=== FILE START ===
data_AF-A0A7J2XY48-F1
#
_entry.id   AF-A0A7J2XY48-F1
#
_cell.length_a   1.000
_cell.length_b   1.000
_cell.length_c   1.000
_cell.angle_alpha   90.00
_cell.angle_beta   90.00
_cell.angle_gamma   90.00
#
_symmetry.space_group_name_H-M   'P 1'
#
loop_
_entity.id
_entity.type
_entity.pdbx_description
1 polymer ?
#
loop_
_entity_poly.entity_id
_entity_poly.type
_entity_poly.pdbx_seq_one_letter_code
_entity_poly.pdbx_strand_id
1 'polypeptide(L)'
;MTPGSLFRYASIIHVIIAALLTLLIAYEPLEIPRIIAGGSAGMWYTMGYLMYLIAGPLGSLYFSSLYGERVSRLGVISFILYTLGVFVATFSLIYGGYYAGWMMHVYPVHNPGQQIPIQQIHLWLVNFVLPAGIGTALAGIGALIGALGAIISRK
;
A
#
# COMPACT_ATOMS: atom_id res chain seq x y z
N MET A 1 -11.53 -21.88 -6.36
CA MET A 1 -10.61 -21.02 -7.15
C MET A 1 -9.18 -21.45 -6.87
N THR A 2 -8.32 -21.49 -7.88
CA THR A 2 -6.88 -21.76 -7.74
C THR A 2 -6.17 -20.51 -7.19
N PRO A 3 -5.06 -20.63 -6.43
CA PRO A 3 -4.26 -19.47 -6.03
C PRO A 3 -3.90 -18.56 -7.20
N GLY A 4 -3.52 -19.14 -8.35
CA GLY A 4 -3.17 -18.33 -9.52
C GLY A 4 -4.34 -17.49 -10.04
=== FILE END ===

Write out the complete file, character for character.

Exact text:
data_AF-A0A7J2XY48-F1
#
_entry.id   AF-A0A7J2XY48-F1
#
_cell.length_a   1.000
_cell.length_b   1.000
_cell.length_c   1.000
_cell.angle_alpha   90.00
_cell.angle_beta   90.00
_cell.angle_gamma   90.00
#
_symmetry.space_group_name_H-M   'P 1'
#
loop_
_entity.id
_entity.type
_entity.pdbx_description
1 polymer ?
#
loop_
_entity_poly.entity_id
_entity_poly.type
_entity_poly.pdbx_seq_one_letter_code
_entity_poly.pdbx_strand_id
1 'polypeptide(L)'
;MTPGSLFRYASIIHVIIAALLTLLIAYEPLEIPRIIAGGSAGMWYTMGYLMYLIAGPLGSLYFSSLYGERVSRLGVISFILYTLGVFVATFSLIYGGYYAGWMMHVYPVHNPGQQIPIQQIHLWLVNFVLPAGIGTALAGIGALIGALGAIISRK
;
A
#
# COMPACT_ATOMS: atom_id res chain seq x y z
N MET A 1 -11.53 -21.88 -6.36
CA MET A 1 -10.61 -21.02 -7.15
C MET A 1 -9.18 -21.45 -6.87
N THR A 2 -8.32 -21.49 -7.88
CA THR A 2 -6.88 -21.76 -7.74
C THR A 2 -6.17 -20.51 -7.19
N PRO A 3 -5.06 -20.63 -6.43
CA PRO A 3 -4.26 -19.47 -6.03
C PRO A 3 -3.90 -18.56 -7.20
N GLY A 4 -3.52 -19.14 -8.35
CA GLY A 4 -3.17 -18.33 -9.52
C GLY A 4 -4.34 -17.49 -10.04